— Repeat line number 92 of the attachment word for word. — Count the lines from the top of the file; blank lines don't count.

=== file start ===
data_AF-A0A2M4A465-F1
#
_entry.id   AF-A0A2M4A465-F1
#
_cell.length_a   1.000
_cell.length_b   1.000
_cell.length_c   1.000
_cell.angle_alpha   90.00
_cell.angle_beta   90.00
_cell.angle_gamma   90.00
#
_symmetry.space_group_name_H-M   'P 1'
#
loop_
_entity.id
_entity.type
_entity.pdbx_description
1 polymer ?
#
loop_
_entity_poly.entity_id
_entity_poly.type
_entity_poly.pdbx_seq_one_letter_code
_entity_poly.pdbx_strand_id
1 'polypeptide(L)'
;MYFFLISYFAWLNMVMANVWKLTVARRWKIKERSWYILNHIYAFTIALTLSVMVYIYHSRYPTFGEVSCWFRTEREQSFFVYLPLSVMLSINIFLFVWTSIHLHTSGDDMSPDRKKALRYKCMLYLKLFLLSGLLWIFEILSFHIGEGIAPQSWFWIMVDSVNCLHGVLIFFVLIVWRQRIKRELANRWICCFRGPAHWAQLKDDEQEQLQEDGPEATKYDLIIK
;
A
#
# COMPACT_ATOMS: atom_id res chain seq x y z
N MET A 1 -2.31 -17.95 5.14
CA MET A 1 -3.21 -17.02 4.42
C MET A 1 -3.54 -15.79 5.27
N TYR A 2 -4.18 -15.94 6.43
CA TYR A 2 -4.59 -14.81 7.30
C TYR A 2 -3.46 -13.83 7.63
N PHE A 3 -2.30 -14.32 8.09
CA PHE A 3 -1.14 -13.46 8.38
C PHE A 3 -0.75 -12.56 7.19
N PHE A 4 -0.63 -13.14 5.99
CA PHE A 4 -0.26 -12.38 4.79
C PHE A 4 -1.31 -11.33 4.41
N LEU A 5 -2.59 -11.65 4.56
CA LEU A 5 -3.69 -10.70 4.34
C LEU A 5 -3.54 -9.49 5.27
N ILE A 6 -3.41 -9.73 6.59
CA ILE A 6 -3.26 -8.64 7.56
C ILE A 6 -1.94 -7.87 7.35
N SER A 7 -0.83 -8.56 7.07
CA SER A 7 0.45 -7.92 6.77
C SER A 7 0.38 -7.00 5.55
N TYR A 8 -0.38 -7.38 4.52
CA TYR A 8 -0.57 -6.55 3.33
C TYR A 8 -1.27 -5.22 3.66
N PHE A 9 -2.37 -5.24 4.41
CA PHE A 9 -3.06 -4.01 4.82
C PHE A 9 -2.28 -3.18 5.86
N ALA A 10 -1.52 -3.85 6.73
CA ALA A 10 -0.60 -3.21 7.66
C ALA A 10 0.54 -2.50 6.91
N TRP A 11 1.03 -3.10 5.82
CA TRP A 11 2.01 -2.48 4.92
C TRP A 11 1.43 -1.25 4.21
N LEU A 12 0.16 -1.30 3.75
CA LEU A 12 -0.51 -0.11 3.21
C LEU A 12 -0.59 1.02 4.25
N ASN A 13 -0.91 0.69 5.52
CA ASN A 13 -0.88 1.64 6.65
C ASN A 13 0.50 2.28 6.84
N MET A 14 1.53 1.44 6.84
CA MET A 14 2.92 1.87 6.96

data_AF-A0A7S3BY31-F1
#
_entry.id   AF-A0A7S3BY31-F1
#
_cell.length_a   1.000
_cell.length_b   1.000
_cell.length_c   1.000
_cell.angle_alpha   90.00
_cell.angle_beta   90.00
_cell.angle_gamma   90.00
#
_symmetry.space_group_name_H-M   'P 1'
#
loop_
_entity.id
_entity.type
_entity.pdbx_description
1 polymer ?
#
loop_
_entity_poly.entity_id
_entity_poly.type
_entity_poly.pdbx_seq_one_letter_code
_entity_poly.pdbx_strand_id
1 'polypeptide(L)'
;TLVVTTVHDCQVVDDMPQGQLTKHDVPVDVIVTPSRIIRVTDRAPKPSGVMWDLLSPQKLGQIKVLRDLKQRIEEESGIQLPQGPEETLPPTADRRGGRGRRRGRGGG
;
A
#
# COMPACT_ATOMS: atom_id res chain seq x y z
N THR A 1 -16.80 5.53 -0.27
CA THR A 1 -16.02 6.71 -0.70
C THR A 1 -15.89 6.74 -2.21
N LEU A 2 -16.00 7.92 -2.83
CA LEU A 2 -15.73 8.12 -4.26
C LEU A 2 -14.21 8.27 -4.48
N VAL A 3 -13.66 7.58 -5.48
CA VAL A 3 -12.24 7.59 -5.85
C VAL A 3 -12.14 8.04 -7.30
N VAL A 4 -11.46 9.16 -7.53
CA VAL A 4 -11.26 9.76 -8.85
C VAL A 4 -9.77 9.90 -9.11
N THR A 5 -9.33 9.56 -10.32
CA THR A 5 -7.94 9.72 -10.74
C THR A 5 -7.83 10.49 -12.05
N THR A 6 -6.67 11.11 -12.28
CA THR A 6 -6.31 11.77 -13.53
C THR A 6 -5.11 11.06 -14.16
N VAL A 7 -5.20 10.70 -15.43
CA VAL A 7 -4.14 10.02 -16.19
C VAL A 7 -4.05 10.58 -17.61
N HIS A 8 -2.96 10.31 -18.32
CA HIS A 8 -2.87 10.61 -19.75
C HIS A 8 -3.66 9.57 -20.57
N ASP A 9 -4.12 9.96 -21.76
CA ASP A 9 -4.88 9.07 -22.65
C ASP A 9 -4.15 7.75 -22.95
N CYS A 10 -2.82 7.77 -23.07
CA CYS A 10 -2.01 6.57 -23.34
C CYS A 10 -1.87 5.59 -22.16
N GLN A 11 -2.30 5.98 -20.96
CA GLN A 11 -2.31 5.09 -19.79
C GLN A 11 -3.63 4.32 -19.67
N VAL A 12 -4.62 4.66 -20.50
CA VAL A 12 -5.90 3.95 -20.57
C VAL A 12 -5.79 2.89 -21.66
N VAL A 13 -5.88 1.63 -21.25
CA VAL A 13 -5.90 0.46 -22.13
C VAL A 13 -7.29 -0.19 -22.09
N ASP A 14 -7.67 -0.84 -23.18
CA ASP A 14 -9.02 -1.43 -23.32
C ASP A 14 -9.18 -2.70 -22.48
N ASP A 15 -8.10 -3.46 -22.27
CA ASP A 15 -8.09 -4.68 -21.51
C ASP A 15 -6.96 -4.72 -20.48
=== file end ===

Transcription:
_entity_poly.entity_id